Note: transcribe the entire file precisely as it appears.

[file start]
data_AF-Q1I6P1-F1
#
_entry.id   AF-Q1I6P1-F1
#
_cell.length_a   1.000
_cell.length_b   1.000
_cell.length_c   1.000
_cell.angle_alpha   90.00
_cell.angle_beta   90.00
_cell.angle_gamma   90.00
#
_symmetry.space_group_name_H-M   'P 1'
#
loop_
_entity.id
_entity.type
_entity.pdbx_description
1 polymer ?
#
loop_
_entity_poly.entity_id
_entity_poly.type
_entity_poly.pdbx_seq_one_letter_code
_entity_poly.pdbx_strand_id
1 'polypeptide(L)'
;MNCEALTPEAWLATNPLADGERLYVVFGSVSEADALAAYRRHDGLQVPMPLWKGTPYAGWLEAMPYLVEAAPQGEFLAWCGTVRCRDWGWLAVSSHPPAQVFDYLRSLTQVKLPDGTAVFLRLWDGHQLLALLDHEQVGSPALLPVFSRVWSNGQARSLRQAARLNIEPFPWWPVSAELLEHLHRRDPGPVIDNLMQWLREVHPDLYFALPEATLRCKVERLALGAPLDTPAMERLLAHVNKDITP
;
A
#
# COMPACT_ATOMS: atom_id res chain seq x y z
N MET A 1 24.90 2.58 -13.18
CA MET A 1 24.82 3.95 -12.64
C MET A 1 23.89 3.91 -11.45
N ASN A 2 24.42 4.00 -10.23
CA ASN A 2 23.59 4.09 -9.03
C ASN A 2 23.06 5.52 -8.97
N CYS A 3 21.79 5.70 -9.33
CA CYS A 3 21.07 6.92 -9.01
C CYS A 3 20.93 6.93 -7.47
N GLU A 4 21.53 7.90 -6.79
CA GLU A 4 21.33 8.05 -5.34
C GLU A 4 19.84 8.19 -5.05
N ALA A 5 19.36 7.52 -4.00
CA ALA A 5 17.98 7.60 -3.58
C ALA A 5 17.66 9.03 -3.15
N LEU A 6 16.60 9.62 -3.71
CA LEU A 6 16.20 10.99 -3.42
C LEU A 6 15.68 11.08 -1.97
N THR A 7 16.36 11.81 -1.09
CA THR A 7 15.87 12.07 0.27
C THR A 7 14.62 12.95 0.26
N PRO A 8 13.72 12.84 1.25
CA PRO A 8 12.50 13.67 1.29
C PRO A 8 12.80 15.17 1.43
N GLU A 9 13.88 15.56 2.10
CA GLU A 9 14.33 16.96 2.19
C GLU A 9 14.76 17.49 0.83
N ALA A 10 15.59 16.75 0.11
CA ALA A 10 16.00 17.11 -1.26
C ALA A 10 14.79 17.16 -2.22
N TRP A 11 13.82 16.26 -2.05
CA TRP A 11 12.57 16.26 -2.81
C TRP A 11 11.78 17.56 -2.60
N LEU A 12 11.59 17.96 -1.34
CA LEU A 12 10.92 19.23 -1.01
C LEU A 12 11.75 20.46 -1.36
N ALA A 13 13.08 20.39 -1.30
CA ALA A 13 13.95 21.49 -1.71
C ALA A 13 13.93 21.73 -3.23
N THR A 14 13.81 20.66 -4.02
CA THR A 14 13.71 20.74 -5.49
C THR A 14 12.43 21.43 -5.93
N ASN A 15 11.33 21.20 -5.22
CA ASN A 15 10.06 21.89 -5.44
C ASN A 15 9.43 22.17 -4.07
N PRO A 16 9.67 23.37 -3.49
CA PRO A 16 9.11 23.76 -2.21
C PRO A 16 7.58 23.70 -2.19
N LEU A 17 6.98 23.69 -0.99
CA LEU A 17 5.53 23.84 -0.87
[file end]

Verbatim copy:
data_AF-Q1I6P1-F1
#
_entry.id   AF-Q1I6P1-F1
#
_cell.length_a   1.000
_cell.length_b   1.000
_cell.length_c   1.000
_cell.angle_alpha   90.00
_cell.angle_beta   90.00
_cell.angle_gamma   90.00
#
_symmetry.space_group_name_H-M   'P 1'
#
loop_
_entity.id
_entity.type
_entity.pdbx_description
1 polymer ?
#
loop_
_entity_poly.entity_id
_entity_poly.type
_entity_poly.pdbx_seq_one_letter_code
_entity_poly.pdbx_strand_id
1 'polypeptide(L)'
;MNCEALTPEAWLATNPLADGERLYVVFGSVSEADALAAYRRHDGLQVPMPLWKGTPYAGWLEAMPYLVEAAPQGEFLAWCGTVRCRDWGWLAVSSHPPAQVFDYLRSLTQVKLPDGTAVFLRLWDGHQLLALLDHEQVGSPALLPVFSRVWSNGQARSLRQAARLNIEPFPWWPVSAELLEHLHRRDPGPVIDNLMQWLREVHPDLYFALPEATLRCKVERLALGAPLDTPAMERLLAHVNKDITP
;
A
#
# COMPACT_ATOMS: atom_id res chain seq x y z
N MET A 1 24.90 2.58 -13.18
CA MET A 1 24.82 3.95 -12.64
C MET A 1 23.89 3.91 -11.45
N ASN A 2 24.42 4.00 -10.23
CA ASN A 2 23.59 4.09 -9.03
C ASN A 2 23.06 5.52 -8.97
N CYS A 3 21.79 5.70 -9.33
CA CYS A 3 21.07 6.92 -9.01
C CYS A 3 20.93 6.93 -7.47
N GLU A 4 21.53 7.90 -6.79
CA GLU A 4 21.33 8.05 -5.34
C GLU A 4 19.84 8.19 -5.05
N ALA A 5 19.36 7.52 -4.00
CA ALA A 5 17.98 7.60 -3.58
C ALA A 5 17.66 9.03 -3.15
N LEU A 6 16.60 9.62 -3.71
CA LEU A 6 16.20 10.99 -3.42
C LEU A 6 15.68 11.08 -1.97
N THR A 7 16.36 11.81 -1.09
CA THR A 7 15.87 12.07 0.27
C THR A 7 14.62 12.95 0.26
N PRO A 8 13.72 12.84 1.25
CA PRO A 8 12.50 13.67 1.29
C PRO A 8 12.80 15.17 1.43
N GLU A 9 13.88 15.56 2.10
CA GLU A 9 14.33 16.96 2.19
C GLU A 9 14.76 17.49 0.83
N ALA A 10 15.59 16.75 0.11
CA ALA A 10 16.00 17.11 -1.26
C ALA A 10 14.79 17.16 -2.22
N TRP A 11 13.82 16.26 -2.05
CA TRP A 11 12.57 16.26 -2.81
C TRP A 11 11.78 17.56 -2.60
N LEU A 12 11.59 17.96 -1.34
CA LEU A 12 10.92 19.23 -1.01
C LEU A 12 11.75 20.46 -1.36
N ALA A 13 13.08 20.39 -1.30
CA ALA A 13 13.95 21.49 -1.71
C ALA A 13 13.93 21.73 -3.23
N THR A 14 13.81 20.66 -4.02
CA THR A 14 13.71 20.74 -5.49
C THR A 14 12.43 21.43 -5.93
N ASN A 15 11.33 21.20 -5.22
CA ASN A 15 10.06 21.89 -5.44
C ASN A 15 9.43 22.17 -4.07
N PRO A 16 9.67 23.37 -3.49
CA PRO A 16 9.11 23.76 -2.21
C PRO A 16 7.58 23.70 -2.19
N LEU A 17 6.98 23.69 -0.99
CA LEU A 17 5.53 23.84 -0.87